I got my first death threat from a complete stranger tonight. I suppose this is one for the scrapbook.
Oddly enough, the death threat was not from a bible-beating Christianist, as I expected when I first read the words of the threat. Rather, it was from a fellow gay man who accused me of associating with the wrong sorts of people–viz., people who hold a side B perspective on the issue of homosexuality, and people who are knowingly in mixed-orientation marriages. According to this individual’s reasoning, because I associate with these people and support their dignity, I am weak; I am betraying the legacy of Stonewall and contributing to the denigration of the LGBT population.
Do what now?
If it’s not already obvious, I’ll go through the rigmarole of once again publicly affirming my side A orientation and my full support of LGBT equality in both civic and ecclesiastical arenas. But at this point I’m tired of laying out my stance. I simply want to love and be loved–and this desire to love and be loved flows out of the core of my identity as one beloved, as one sealed as Christ’s own forever. Interesting that I am in the sole possession of a God-man who spent most of his time with “the wrong kind of people.”
I am baptized. I am under oath and seal to affirm the dignity of all humanity, even those with whom I disagree. And because of my baptismal identity and my participation in the eucharistic feast, I am obligated to embrace those who disagree with me. I am obligated to meet them at table and be fed by our brother Jesus. And I hope that, God willing, when I become a priest, I will offer them the same bread of hospitality and life-giving embrace that Jesus has offered me. I continued going to my conservative seminary even after coming out because this was a reality that we held to as more significant to our community than our varying opinions on human sexuality (and, believe you me, mine were way different than the better part of the student body). But I was embraced there, I was beloved, and not once was I ever treated as less-than because of my sexuality or my opinions regarding inclusion and equality.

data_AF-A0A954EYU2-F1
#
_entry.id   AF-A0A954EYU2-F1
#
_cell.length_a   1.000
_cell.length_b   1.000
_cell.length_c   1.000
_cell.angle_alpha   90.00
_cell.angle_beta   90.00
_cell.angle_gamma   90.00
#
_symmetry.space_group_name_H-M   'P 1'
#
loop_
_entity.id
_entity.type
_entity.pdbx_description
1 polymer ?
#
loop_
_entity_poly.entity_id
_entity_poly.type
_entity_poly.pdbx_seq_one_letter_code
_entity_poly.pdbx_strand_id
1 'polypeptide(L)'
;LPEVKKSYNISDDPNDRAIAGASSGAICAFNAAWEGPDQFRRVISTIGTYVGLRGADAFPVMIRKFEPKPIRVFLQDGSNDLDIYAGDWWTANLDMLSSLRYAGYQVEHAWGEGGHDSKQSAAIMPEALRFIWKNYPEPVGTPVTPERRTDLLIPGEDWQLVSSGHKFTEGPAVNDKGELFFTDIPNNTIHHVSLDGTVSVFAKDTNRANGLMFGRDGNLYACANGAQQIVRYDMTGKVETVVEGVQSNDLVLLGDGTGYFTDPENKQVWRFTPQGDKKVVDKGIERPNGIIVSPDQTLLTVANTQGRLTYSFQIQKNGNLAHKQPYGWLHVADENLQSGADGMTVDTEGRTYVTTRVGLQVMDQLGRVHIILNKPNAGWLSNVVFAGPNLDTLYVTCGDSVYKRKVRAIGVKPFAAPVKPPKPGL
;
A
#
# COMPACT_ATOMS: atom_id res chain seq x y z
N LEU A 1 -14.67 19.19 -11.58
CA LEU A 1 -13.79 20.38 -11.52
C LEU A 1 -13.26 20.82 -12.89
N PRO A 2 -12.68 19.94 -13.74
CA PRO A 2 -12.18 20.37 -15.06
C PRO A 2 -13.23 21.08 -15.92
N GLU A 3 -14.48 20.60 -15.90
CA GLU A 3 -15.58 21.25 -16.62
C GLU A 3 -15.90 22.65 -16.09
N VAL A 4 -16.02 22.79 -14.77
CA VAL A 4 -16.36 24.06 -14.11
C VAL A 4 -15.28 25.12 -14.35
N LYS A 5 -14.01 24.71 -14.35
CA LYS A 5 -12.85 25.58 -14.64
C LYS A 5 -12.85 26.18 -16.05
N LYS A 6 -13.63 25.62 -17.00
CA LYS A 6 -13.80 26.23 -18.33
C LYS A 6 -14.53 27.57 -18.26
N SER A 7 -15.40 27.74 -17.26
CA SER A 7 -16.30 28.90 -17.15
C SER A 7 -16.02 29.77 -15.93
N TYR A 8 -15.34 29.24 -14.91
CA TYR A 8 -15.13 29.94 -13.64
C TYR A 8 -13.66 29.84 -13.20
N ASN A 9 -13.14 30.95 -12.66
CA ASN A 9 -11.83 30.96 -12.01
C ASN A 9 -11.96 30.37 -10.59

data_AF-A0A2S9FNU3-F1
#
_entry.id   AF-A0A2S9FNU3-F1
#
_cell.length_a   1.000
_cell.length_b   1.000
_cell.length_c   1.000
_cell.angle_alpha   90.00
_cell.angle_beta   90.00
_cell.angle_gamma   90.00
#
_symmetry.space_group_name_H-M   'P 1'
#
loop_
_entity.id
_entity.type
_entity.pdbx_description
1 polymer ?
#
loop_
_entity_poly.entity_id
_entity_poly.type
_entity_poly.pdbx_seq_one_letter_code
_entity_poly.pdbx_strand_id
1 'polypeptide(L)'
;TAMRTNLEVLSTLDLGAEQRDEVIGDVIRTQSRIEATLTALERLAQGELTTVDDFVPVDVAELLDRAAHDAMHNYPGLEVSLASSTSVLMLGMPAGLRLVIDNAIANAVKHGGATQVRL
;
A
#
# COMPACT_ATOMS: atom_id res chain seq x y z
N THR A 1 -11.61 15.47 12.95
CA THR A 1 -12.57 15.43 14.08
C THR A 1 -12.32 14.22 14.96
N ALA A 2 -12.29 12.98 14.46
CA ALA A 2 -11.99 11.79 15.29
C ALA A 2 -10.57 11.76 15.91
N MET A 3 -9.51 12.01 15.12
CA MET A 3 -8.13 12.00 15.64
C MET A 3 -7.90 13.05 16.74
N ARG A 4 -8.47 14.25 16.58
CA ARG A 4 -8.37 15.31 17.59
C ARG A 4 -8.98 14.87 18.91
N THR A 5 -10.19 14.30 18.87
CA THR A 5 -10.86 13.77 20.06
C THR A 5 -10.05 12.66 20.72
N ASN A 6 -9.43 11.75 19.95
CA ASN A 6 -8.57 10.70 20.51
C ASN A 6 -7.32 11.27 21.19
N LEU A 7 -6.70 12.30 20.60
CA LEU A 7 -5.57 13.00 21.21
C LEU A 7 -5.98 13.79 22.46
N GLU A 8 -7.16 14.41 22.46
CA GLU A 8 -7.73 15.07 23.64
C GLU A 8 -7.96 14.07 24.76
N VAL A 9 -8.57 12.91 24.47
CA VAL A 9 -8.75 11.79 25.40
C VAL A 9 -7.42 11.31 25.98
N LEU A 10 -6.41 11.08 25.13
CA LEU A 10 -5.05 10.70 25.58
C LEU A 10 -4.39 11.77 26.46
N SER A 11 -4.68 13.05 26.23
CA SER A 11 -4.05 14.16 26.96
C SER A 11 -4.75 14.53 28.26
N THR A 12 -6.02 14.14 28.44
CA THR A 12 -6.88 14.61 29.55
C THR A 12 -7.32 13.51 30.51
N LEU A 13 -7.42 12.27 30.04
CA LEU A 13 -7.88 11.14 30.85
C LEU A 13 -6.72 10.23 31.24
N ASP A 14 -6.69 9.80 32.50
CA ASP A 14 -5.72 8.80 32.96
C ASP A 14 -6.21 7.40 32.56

One of the benefits of a high Eucharistic theology is the realization that, at each Eucharist, we join at table with all who have ever dined there throughout history, many of whom did not understand the dynamics of sexual orientation and had no basis by which to relate positively to God’s gay kids. Will we agree? No, we probably won’t. But–I come back to Wesley once again–if we cannot think alike, may we not at least love alike? In the economy of the Eucharistic Feast, all are equalized, all distinctions are leveled out–the mighty are put down, the lowly are lifted up, the hateful are given to loving, and the hated are given to belovedness.
And so I will speak for dignity–I will speak for the dignity of those who hold side A and those who hold side B, for the dignity of those who know what they believe and for the dignity of those who believe nothing, for the dignity of those who have been at home in the Church their entire lives and for that of those who have had their homes ripped away from them at the hands of the Church. I will speak for the movement of embrace. I will speak to end memories and to create a new reality for those who can remember nothing but division and exclusion. I will speak until my (presently non-existent) partner and all brothers and sisters and I can dine at our Brother Jesus’ table in peace with Phil Robertson and Gene Robinson, with Sarah Palin and Rachel Maddow. Because our God is the God who destroys the dividing wall of hostility, making out of the oppressors and the oppressed a new people whose name is Beloved. Because our God is a God who would rather die than see us continue to hurt each other.
Because our God is the god who says “no more!” with his last breath, and “I make all things new!” with his breath after that.